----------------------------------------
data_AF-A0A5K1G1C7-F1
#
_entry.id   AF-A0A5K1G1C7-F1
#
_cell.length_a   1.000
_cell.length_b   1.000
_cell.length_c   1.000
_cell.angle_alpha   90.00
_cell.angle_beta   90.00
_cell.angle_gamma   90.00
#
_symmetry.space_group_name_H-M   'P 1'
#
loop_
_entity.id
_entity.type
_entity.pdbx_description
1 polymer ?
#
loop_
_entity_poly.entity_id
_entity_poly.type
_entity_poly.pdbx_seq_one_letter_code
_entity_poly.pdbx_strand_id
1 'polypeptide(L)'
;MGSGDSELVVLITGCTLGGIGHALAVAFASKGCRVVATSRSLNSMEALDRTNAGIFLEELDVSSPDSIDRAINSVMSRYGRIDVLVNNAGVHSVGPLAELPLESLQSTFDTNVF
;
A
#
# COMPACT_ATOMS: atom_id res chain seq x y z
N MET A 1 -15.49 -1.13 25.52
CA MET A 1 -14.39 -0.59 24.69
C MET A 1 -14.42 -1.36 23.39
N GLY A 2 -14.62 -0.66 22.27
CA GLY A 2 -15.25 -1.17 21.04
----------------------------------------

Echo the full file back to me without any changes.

data_AF-A0A5K1G1C7-F1
#
_entry.id   AF-A0A5K1G1C7-F1
#
_cell.length_a   1.000
_cell.length_b   1.000
_cell.length_c   1.000
_cell.angle_alpha   90.00
_cell.angle_beta   90.00
_cell.angle_gamma   90.00
#
_symmetry.space_group_name_H-M   'P 1'
#
loop_
_entity.id
_entity.type
_entity.pdbx_description
1 polymer ?
#
loop_
_entity_poly.entity_id
_entity_poly.type
_entity_poly.pdbx_seq_one_letter_code
_entity_poly.pdbx_strand_id
1 'polypeptide(L)'
;MGSGDSELVVLITGCTLGGIGHALAVAFASKGCRVVATSRSLNSMEALDRTNAGIFLEELDVSSPDSIDRAINSVMSRYGRIDVLVNNAGVHSVGPLAELPLESLQSTFDTNVF
;
A
#
# COMPACT_ATOMS: atom_id res chain seq x y z
N MET A 1 -15.49 -1.13 25.52
CA MET A 1 -14.39 -0.59 24.69
C MET A 1 -14.42 -1.36 23.39
N GLY A 2 -14.62 -0.66 22.27
CA GLY A 2 -15.25 -1.17 21.04